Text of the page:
By Kathy Yanchus, Metroland Media Group
Students involved in school robotics teams are benefiting in innumerable ways, members of the Religion, Family Life and Instructional Services committee of the Hamilton-Wentworth Catholic District School Board were told last Tuesday night.
Along with coach Matt Alderson of RMT Robotics, four of the eight-member team known as GARF (Guardian Angels Robot Force) from last year, were on hand to speak about the program and the Waterdown school’s success at the 2012 FIRST Lego League (FLL) Robotics Championships in California last May. The team, comprised of students in Grades 6-8, finished in the top 1 per cent of FLL teams from around the world.
Teams were judged on design, programming and teamwork, said Alderson, who introduced the program at Guardian Angels five years ago, and subsequently at St. Mary Catholic Secondary School, as well as at St. Thomas Catholic Elementary School in Waterdown.
“Students were judged on their robots. They had to explain to professional engineers and scientists as to why it was built the way it was built, and the methods used in the development of the programming and the engineering that went into it,” said Alderson.
Students were also given a challenge to solve on the spot and had to put into action their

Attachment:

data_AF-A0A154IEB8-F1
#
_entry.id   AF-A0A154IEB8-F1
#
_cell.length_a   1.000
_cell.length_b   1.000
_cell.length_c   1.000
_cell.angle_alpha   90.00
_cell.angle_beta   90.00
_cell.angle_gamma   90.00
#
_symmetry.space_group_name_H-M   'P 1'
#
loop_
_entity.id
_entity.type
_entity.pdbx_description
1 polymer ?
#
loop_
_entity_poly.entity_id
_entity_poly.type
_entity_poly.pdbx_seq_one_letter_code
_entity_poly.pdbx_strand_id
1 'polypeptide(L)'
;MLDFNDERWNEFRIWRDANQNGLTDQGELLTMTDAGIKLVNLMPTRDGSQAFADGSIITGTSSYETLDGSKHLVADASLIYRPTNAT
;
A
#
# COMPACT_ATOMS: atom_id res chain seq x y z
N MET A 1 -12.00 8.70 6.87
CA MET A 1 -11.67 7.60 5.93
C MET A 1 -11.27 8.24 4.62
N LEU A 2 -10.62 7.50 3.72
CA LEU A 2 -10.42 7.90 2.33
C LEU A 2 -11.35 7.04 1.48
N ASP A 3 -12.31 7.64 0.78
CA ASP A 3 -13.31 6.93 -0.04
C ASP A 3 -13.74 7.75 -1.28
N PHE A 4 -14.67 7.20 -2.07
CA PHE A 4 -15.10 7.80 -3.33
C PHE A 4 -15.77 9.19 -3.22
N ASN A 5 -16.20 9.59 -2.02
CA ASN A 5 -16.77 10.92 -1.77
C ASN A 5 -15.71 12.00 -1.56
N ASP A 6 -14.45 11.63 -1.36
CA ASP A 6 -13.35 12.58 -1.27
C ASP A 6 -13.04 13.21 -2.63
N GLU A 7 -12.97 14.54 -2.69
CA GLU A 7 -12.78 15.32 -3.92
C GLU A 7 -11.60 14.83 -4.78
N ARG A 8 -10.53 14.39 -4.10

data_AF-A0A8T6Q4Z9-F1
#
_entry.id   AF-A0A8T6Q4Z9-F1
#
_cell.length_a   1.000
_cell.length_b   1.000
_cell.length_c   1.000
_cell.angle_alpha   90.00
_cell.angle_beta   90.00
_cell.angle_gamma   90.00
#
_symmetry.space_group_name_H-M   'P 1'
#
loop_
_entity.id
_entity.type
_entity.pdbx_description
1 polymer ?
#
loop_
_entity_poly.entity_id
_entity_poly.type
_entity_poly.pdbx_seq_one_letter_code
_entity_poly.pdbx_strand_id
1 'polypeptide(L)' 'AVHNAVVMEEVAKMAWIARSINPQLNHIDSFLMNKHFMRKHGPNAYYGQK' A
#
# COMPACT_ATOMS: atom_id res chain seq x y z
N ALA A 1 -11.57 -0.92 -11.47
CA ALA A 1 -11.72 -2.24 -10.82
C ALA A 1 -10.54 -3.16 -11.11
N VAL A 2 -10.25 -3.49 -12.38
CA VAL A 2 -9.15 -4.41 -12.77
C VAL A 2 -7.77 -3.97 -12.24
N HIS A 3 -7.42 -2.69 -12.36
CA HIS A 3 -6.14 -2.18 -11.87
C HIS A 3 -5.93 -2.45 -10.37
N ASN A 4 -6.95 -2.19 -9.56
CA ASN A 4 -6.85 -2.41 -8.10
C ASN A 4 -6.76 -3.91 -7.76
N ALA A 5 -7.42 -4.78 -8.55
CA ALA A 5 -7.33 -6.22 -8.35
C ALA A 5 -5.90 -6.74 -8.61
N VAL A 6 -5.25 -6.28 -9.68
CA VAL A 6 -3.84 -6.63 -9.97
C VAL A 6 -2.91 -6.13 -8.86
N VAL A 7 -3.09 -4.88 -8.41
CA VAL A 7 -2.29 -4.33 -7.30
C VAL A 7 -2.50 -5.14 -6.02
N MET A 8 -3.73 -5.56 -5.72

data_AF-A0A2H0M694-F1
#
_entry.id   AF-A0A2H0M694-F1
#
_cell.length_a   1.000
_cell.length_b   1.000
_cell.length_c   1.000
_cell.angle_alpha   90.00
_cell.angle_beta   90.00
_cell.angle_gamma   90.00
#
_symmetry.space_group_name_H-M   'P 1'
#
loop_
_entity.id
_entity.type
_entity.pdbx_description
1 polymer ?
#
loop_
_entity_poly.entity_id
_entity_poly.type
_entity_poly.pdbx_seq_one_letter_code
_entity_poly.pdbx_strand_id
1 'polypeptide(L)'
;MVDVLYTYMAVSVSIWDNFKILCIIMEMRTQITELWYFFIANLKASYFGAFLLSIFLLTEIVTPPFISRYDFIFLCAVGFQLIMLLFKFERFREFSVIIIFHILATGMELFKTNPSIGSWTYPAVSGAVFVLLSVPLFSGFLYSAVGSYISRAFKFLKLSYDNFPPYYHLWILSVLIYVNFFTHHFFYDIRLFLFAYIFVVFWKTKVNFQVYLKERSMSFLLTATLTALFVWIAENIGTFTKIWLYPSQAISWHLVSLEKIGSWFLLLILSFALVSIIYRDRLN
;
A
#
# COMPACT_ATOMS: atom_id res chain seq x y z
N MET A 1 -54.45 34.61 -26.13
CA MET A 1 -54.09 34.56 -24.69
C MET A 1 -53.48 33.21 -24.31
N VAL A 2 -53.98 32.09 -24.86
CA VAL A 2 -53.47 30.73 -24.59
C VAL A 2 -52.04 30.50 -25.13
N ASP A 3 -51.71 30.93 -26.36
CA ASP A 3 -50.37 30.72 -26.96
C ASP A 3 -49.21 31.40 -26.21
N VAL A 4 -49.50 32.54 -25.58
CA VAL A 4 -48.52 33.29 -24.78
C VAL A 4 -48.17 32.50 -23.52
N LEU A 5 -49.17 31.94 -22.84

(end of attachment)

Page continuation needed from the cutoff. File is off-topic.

“soft skills” that are important in any engineering project, which involve breaking down a problem and designing a workable solution, he added.
“Even though they’re only in Grades 6, 7 and 8, they learned things like troubleshooting, problem-solving, how to work together, how to deal with time pressures, constraints and they were able to express those to the judges.”
Learning marketable skills and introducing students to potential career paths in science, technology and engineering are byproducts of robotics team programs, said Alderson.
Another component of the competition was to research and design a solution to a current problem facing society with Food Factor being last year’s theme. The GARF students designed a refrigeration system without electricity, to keep food fresh.
There is a continuum associated with the program as well, explained Alderson, with elementary school students having the opportunity to join high school robotics teams and even at the university level, where at McMaster University for example, a team of undergrad engineering students, macFIRST, who experienced the benefits of FIRST, now serve as mentors for secondary school students.
“And then there are people like myself who work out in the industry, who are looking for these kids who have these skills, when they exit their educational career to be able to come aboard and to be able to contribute.”
“The skills that they’re learning are the skills companies like ours are looking for when we’re hiring people,” he said.